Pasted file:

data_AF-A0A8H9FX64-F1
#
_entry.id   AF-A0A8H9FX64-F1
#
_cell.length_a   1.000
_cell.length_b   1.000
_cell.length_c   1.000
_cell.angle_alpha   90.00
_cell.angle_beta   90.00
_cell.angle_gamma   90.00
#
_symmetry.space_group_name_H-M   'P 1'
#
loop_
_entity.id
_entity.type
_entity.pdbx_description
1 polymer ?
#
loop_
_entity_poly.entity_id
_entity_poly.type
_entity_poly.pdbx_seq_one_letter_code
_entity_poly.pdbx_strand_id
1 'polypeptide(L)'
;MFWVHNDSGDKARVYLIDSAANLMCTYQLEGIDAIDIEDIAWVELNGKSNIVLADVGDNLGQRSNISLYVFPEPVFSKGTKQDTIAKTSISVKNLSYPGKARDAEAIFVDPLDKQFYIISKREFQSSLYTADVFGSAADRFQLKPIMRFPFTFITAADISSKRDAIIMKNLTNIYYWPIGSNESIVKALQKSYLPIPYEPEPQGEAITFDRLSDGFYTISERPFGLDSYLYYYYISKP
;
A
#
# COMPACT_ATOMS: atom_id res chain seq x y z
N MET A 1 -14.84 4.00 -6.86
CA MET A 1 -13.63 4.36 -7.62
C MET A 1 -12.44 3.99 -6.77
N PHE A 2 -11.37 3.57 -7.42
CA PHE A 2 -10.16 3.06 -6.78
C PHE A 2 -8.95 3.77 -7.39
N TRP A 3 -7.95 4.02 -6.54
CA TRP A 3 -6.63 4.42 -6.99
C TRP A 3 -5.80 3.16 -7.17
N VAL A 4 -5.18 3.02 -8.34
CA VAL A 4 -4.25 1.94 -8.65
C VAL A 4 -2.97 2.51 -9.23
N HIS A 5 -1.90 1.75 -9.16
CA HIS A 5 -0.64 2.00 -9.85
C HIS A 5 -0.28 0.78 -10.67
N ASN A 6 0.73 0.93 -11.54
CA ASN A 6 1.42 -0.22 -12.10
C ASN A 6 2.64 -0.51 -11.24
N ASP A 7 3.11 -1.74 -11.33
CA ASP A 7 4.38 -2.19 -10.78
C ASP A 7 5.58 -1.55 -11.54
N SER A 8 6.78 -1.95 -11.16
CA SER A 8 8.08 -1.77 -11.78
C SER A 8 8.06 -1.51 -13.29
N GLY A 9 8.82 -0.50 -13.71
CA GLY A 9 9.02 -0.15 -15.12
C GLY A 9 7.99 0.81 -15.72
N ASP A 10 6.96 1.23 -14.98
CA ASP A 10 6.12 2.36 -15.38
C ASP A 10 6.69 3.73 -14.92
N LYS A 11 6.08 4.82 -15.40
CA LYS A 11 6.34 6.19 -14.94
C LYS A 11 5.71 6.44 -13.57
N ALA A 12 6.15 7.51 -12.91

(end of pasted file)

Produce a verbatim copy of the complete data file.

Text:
data_AF-A0A8H9FX64-F1
#
_entry.id   AF-A0A8H9FX64-F1
#
_cell.length_a   1.000
_cell.length_b   1.000
_cell.length_c   1.000
_cell.angle_alpha   90.00
_cell.angle_beta   90.00
_cell.angle_gamma   90.00
#
_symmetry.space_group_name_H-M   'P 1'
#
loop_
_entity.id
_entity.type
_entity.pdbx_description
1 polymer ?
#
loop_
_entity_poly.entity_id
_entity_poly.type
_entity_poly.pdbx_seq_one_letter_code
_entity_poly.pdbx_strand_id
1 'polypeptide(L)'
;MFWVHNDSGDKARVYLIDSAANLMCTYQLEGIDAIDIEDIAWVELNGKSNIVLADVGDNLGQRSNISLYVFPEPVFSKGTKQDTIAKTSISVKNLSYPGKARDAEAIFVDPLDKQFYIISKREFQSSLYTADVFGSAADRFQLKPIMRFPFTFITAADISSKRDAIIMKNLTNIYYWPIGSNESIVKALQKSYLPIPYEPEPQGEAITFDRLSDGFYTISERPFGLDSYLYYYYISKP
;
A
#
# COMPACT_ATOMS: atom_id res chain seq x y z
N MET A 1 -14.84 4.00 -6.86
CA MET A 1 -13.63 4.36 -7.62
C MET A 1 -12.44 3.99 -6.77
N PHE A 2 -11.37 3.57 -7.42
CA PHE A 2 -10.16 3.06 -6.78
C PHE A 2 -8.95 3.77 -7.39
N TRP A 3 -7.95 4.02 -6.54
CA TRP A 3 -6.63 4.42 -6.99
C TRP A 3 -5.80 3.16 -7.17
N VAL A 4 -5.18 3.02 -8.34
CA VAL A 4 -4.25 1.94 -8.65
C VAL A 4 -2.97 2.51 -9.23
N HIS A 5 -1.90 1.75 -9.16
CA HIS A 5 -0.64 2.00 -9.85
C HIS A 5 -0.28 0.78 -10.67
N ASN A 6 0.73 0.93 -11.54
CA ASN A 6 1.42 -0.22 -12.10
C ASN A 6 2.64 -0.51 -11.24
N ASP A 7 3.11 -1.74 -11.33
CA ASP A 7 4.38 -2.19 -10.78
C ASP A 7 5.58 -1.55 -11.54
N SER A 8 6.78 -1.95 -11.16
CA SER A 8 8.08 -1.77 -11.78
C SER A 8 8.06 -1.51 -13.29
N GLY A 9 8.82 -0.50 -13.71
CA GLY A 9 9.02 -0.15 -15.12
C GLY A 9 7.99 0.81 -15.72
N ASP A 10 6.96 1.23 -14.98
CA ASP A 10 6.12 2.36 -15.38
C ASP A 10 6.69 3.73 -14.92
N LYS A 11 6.08 4.82 -15.40
CA LYS A 11 6.34 6.19 -14.94
C LYS A 11 5.71 6.44 -13.57
N ALA A 12 6.15 7.51 -12.91